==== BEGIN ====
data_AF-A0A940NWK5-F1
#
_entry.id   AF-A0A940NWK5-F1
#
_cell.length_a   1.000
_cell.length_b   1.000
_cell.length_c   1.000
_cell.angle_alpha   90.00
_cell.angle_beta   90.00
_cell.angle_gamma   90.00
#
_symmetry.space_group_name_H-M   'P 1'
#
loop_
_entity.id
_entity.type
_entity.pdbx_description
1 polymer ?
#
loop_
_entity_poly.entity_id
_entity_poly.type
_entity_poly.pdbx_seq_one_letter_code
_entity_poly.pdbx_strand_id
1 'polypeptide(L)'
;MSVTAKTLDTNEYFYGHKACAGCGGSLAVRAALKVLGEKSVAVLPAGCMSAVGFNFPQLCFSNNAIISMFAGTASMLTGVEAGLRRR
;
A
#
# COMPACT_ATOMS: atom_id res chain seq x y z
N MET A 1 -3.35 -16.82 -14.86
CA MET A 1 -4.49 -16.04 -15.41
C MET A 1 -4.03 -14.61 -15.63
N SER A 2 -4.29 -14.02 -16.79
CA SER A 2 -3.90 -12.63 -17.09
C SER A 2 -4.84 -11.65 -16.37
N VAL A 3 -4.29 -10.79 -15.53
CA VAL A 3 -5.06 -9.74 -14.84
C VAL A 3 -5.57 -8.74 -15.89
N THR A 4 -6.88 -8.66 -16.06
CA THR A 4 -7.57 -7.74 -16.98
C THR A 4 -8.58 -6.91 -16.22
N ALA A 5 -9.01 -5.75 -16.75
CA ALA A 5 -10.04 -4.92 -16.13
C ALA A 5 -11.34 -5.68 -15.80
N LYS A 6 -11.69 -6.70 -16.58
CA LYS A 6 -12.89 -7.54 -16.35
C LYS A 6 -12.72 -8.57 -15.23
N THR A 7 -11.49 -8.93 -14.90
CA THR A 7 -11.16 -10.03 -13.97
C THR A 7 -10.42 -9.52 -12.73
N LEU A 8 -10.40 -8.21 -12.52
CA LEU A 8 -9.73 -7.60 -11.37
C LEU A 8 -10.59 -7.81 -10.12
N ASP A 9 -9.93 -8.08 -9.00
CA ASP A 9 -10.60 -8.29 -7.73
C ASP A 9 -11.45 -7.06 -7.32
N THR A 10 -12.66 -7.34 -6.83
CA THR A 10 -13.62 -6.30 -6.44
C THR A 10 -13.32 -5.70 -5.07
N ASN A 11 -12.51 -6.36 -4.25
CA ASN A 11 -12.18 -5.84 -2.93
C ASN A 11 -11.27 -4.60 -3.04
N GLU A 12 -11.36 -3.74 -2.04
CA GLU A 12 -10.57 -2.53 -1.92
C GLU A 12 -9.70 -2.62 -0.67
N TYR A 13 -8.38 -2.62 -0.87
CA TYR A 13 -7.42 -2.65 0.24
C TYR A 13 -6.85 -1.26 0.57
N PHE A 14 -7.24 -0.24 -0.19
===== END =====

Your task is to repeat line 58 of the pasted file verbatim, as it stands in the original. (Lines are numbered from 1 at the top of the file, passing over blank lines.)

N THR A 10 -12.66 -7.34 -6.83